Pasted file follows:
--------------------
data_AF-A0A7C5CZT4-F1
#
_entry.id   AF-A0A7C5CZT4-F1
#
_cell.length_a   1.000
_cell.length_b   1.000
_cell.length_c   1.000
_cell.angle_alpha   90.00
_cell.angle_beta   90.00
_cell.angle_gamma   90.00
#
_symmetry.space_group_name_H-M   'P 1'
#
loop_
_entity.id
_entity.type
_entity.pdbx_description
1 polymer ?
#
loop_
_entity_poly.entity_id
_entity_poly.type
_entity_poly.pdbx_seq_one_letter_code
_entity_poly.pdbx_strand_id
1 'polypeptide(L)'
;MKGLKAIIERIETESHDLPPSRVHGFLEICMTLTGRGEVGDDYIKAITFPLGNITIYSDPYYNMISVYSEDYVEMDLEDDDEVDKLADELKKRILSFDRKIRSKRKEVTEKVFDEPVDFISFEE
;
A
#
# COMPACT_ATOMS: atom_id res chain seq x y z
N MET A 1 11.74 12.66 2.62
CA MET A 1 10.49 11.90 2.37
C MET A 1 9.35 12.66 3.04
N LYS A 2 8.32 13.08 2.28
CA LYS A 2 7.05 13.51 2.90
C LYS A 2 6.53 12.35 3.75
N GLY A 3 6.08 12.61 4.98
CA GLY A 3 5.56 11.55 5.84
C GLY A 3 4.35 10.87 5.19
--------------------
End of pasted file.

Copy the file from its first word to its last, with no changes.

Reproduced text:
data_AF-A0A7C5CZT4-F1
#
_entry.id   AF-A0A7C5CZT4-F1
#
_cell.length_a   1.000
_cell.length_b   1.000
_cell.length_c   1.000
_cell.angle_alpha   90.00
_cell.angle_beta   90.00
_cell.angle_gamma   90.00
#
_symmetry.space_group_name_H-M   'P 1'
#
loop_
_entity.id
_entity.type
_entity.pdbx_description
1 polymer ?
#
loop_
_entity_poly.entity_id
_entity_poly.type
_entity_poly.pdbx_seq_one_letter_code
_entity_poly.pdbx_strand_id
1 'polypeptide(L)'
;MKGLKAIIERIETESHDLPPSRVHGFLEICMTLTGRGEVGDDYIKAITFPLGNITIYSDPYYNMISVYSEDYVEMDLEDDDEVDKLADELKKRILSFDRKIRSKRKEVTEKVFDEPVDFISFEE
;
A
#
# COMPACT_ATOMS: atom_id res chain seq x y z
N MET A 1 11.74 12.66 2.62
CA MET A 1 10.49 11.90 2.37
C MET A 1 9.35 12.66 3.04
N LYS A 2 8.32 13.08 2.28
CA LYS A 2 7.05 13.51 2.90
C LYS A 2 6.53 12.35 3.75
N GLY A 3 6.08 12.61 4.98
CA GLY A 3 5.56 11.55 5.84
C GLY A 3 4.35 10.87 5.19